Dry Noodles in San Jose and San Francisco
This last weekend, I tried a Vietnamese place that a friend of mine recommended to me a few years back. I just had to recommend this place to people who are ever in the San Jose area.
The name of the place is called Dalat Restaurant and they are known for their Hu Tieu dry noodles. Since summer is vastly approaching, I'd figure I share a great place to get good dry noodles since cold/dry noodles are a perfect choice for hot weather :)
I must admit though, that the noodles were a bit soft and harder to chew since they were of the wider type. The broth that came with the noodles was a good compliment to it.
An alternative, if you're ever in the San Francisco Area is Pho Ha Nam Ninh which is in the Tenderloin area. Now their dry noodles are amazing--ask for #25 DRY and Large!!
Trust me, once you try this dish out and whether you live in SF or coming from San Jose, it's well worth it :
Oh and please let me know what Dry Noodle places any of you have tried before. There's a possibility that I might not have tried a place somewhere in the bay area.
I don't know the way to San Jose, but I can second the Hu Tieu Nam Vang at Ha Nam Ninh. I've never compiled such a list, but if I did it would be on my list of the top 5 or ten bowls of noodles of any Asian provenance in San Francisco. It's also a visual diamond in the rough, such elegance of presentation in a Tenderloin hole-in-the-wall.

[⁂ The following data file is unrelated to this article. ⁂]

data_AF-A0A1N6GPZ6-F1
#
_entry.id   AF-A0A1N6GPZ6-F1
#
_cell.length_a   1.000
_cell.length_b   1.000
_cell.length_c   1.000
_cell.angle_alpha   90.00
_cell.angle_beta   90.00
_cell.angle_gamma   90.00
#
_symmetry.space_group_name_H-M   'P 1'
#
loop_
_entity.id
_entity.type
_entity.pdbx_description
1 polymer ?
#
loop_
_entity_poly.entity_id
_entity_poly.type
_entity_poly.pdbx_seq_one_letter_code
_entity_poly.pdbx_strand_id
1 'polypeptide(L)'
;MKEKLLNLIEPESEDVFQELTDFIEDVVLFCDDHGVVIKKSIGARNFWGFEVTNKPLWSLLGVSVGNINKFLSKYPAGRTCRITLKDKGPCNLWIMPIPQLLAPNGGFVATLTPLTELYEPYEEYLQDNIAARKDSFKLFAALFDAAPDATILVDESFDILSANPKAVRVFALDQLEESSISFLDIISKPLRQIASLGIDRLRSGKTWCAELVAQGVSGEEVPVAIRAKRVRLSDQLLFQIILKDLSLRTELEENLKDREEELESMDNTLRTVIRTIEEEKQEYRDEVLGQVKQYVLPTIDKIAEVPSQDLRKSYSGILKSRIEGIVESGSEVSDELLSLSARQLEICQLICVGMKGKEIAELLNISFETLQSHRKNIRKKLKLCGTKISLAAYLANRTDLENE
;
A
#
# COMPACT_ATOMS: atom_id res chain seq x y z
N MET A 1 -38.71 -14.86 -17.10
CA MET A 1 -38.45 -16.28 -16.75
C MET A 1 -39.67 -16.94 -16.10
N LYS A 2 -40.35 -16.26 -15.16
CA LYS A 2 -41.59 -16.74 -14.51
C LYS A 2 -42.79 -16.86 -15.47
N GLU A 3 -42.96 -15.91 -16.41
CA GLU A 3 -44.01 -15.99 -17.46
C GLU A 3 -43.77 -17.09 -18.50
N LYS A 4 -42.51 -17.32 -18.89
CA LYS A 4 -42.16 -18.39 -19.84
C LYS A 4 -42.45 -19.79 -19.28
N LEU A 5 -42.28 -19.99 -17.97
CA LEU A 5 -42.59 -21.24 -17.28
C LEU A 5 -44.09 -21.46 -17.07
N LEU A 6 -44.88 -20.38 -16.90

Here's what the non-dry version of hu tieu looked like at Dalat in 2008.
But something has changed and the stock is not longer pristine and clear like this, and as you say, has a lot of MSG now. I don't go there any more.
To TNG, dry noodles should be hot or warm, not cold. And you can add a couple spoonfuls of soup stock to the bowl to loosen them up and help keep them hot after you've dressed it to your liking.
To order dry style at a Vietnamese restaurant, ask for "kho". Here's what hu tieu nam vang kho (Cambodian style rice noodles, dry style) looks like at Nam Vang in San Jose, served with the bones.
There are hundreds of places that serve dry noodles with soup on the side aka Lo mein in Cantonese restos as well as Viet noodle shops.